Life-Years Gained by Reducing Donor Heart Ischemic Times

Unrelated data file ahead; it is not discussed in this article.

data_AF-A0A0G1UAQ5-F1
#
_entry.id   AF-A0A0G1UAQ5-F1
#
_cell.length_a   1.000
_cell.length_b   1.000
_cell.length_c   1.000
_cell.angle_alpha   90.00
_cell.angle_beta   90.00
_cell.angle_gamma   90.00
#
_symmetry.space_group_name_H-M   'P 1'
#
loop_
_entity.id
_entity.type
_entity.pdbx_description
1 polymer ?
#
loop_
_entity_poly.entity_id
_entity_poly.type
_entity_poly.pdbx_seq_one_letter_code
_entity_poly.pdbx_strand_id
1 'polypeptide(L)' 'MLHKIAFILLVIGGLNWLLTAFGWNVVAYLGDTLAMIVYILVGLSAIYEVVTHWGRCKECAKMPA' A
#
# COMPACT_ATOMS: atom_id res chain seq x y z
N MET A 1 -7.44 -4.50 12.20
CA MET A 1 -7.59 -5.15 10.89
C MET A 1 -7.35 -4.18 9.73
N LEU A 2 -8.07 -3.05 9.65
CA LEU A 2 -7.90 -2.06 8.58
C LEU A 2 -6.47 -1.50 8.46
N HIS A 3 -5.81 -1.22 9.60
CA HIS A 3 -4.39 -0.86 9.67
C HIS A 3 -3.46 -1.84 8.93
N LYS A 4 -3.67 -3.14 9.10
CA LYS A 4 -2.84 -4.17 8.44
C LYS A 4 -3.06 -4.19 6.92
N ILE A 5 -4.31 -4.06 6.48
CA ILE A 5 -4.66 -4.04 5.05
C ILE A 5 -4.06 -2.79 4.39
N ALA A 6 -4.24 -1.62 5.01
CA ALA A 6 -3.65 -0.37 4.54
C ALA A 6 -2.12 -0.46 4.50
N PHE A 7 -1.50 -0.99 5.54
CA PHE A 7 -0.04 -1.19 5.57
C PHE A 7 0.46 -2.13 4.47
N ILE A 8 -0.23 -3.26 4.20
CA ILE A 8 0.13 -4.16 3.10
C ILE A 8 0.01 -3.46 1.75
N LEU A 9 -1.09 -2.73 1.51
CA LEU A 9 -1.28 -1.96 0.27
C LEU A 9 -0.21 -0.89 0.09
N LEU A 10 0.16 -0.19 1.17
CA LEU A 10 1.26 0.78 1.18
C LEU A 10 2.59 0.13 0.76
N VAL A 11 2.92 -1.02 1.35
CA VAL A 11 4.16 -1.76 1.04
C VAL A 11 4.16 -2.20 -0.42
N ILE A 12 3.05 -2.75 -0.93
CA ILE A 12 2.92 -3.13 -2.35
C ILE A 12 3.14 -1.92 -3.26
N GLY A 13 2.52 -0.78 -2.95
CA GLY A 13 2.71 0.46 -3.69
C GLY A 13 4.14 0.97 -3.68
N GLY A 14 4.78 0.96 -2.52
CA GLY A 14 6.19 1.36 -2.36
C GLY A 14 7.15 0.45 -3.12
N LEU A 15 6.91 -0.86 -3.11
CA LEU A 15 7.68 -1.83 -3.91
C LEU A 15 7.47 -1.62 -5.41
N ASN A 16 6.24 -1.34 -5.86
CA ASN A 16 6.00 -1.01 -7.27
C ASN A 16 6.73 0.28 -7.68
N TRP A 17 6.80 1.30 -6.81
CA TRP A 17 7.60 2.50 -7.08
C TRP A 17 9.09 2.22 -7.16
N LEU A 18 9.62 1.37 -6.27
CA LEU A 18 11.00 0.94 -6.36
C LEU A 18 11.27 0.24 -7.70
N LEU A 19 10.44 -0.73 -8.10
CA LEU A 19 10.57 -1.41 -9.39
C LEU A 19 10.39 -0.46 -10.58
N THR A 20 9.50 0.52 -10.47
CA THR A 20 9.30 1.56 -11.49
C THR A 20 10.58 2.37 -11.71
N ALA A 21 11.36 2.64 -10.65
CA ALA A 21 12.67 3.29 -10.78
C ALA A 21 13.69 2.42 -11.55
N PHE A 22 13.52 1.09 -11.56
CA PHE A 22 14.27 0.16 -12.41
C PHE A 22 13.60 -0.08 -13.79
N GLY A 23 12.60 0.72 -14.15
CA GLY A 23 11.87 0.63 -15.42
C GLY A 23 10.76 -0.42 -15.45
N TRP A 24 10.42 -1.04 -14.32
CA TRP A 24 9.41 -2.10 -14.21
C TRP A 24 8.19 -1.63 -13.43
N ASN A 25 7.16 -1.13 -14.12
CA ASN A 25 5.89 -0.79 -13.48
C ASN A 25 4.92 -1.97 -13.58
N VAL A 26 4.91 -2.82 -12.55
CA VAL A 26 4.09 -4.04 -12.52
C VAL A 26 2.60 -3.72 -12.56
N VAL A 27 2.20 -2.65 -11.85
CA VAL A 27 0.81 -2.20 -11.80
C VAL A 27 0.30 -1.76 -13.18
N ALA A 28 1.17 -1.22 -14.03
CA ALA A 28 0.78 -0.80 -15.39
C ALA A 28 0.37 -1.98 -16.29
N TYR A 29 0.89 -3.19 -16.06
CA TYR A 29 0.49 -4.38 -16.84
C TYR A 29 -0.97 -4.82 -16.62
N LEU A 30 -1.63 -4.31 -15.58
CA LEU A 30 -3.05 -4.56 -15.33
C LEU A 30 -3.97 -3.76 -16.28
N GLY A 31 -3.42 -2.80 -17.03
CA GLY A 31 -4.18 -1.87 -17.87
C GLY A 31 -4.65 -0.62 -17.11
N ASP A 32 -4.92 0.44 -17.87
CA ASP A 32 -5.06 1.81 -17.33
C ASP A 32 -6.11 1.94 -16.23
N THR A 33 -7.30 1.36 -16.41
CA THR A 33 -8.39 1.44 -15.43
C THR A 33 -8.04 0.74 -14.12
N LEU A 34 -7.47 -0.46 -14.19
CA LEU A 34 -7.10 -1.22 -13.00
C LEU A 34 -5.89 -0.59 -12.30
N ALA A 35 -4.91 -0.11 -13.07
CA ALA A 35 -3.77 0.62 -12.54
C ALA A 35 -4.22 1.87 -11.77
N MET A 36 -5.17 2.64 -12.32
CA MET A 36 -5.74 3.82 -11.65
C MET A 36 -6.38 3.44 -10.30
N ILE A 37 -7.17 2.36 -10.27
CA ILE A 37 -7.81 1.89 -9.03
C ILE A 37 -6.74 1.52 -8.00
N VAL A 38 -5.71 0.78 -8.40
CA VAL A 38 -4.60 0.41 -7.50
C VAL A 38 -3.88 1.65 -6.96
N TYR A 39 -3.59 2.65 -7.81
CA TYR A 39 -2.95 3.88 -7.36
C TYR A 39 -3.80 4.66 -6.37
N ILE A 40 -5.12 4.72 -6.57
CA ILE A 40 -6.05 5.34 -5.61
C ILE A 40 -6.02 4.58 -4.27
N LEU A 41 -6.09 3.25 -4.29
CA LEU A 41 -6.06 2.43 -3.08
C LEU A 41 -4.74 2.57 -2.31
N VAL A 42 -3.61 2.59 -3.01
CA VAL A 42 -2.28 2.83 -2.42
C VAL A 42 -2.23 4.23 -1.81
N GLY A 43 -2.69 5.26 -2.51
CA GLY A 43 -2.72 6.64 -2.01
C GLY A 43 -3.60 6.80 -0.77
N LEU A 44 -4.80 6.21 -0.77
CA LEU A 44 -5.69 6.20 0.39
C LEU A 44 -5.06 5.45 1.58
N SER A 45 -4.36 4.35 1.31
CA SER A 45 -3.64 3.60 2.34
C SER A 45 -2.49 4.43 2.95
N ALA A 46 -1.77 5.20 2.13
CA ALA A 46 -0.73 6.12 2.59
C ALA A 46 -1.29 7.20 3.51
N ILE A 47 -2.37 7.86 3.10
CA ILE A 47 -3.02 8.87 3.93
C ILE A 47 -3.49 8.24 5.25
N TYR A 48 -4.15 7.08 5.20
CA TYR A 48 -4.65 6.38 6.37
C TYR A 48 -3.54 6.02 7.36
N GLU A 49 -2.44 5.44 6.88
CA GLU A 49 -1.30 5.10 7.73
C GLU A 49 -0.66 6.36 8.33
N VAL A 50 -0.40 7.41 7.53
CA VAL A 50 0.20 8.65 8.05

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Background.Transplantation is limited by the number of available donor organs. Donor organ maintenance systems are a recent technological advance. These systems may increase the number of donor organs that can be used and improve outcomes by decreasing donor organ ischemic time (IT). The purpose of this study was to determine the potential life-years gained if IT in the United Kingdom were decreased for cardiac transplantation.Methods.Proportional hazards regression and extrapolation of survival rates beyond 20 years posttransplantation were used to estimate the effect of decreasing total IT on survival and the life-years gained over the lifetime of UK heart transplantation patients.Results.Median survival posttransplantation was 10.4 years (95% CI 9.9 to 10.9). For each additional hour of donor organ IT, patients had a 25% increased risk of death after heart transplantation in the first year after transplant, with a 5% increase thereafter (P<0.001). On average, a recipient surviving 10 years posttransplantation could potentially gain 0.4 (95% CI 0.1 to 0.7) life-years if IT was reduced to 1 hr. The longer the IT, the greater the potential life-years to gain; for example, a recipient of an organ that would have had an IT of 6 hr without the use of an organ maintenance system might expect to gain 2.9 life-years (95% CI −0.6 to 6.4) if IT was reduced to 1 hr.Conclusions.Use of cardiac donor organ maintenance systems has the potential to increase posttransplantation survival.

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